What is claimed to be a new case of Novichok poisoning of an unsuspecting British couple has made Twitter explode, with users finding links between the incident and the World Cup, Brexit, and even alleging it was an inside job.
The supposedly deadly military-grade agent has resurfaced in Britain four months after the March 4 poisoning of double agent Sergei Skripal and his daughter, Yulia – this time hitting Charles Rowley, 45, and his girlfriend, Dawn Sturgess, 44, living in Amesbury, some 8 miles (12 km) from Salisbury.
The incident has already drawn immense government attention, with some 100 anti-terrorist division detectives working on the case around the clock and the government calling an emergency committee meeting for Thursday.
In the absence of any official account, Twitter folk have come up with plenty of their own. Very few, however, took the issue seriously, as most were opting for quick-witted comments.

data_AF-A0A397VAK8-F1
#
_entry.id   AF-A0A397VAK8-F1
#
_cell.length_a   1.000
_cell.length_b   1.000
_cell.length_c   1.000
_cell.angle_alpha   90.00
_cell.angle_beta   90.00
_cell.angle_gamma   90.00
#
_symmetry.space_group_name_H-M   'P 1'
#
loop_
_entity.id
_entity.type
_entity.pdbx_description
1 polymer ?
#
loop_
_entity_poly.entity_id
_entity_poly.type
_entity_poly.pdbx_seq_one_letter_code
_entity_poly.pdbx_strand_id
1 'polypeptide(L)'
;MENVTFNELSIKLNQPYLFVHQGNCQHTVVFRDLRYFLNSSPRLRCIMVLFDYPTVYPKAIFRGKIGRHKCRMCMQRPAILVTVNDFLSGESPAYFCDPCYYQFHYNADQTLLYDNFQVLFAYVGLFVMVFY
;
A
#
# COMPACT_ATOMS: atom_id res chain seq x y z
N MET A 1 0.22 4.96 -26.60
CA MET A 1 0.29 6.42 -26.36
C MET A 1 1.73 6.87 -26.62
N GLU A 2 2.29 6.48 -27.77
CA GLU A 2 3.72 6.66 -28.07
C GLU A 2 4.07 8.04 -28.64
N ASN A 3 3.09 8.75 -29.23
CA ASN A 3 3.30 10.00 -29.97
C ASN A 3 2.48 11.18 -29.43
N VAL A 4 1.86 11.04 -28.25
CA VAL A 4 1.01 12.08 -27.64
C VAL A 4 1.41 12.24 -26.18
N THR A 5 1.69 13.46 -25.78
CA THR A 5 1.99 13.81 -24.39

The sizable portion of messages includes a mention of the FIFA World Cup, which has been underway in Russia and has, so far, been a great success for the hosts.
Some suggested that if usual suspect Russia is indeed practicing its Novichok-poisoning skills on the British population, the next target could be the English football team.
… or any other nuisance standing in the way of Russia’s triumph.
Some suggested that one should look closer to home when seeking those to blame in the apparent Novichok spread.
One user noted that, drawing on past experience, the British government might have decided it’s time for a new Novichok media frenzy to distract everyone from the disastrous Brexit negotiations.
Others pointed out that even if it was Novichok again, nothing links it to Russia and it has never been linked to Russia before. The deadly agent was known to had been stockpiled by several nations and its formula is not a secret.
Some of the tweets were ominous – but hardly genuine.
On a lighter note, some commentators were quick to declare Novichok, since it seems to be spreading uncontrollably, the new party drug.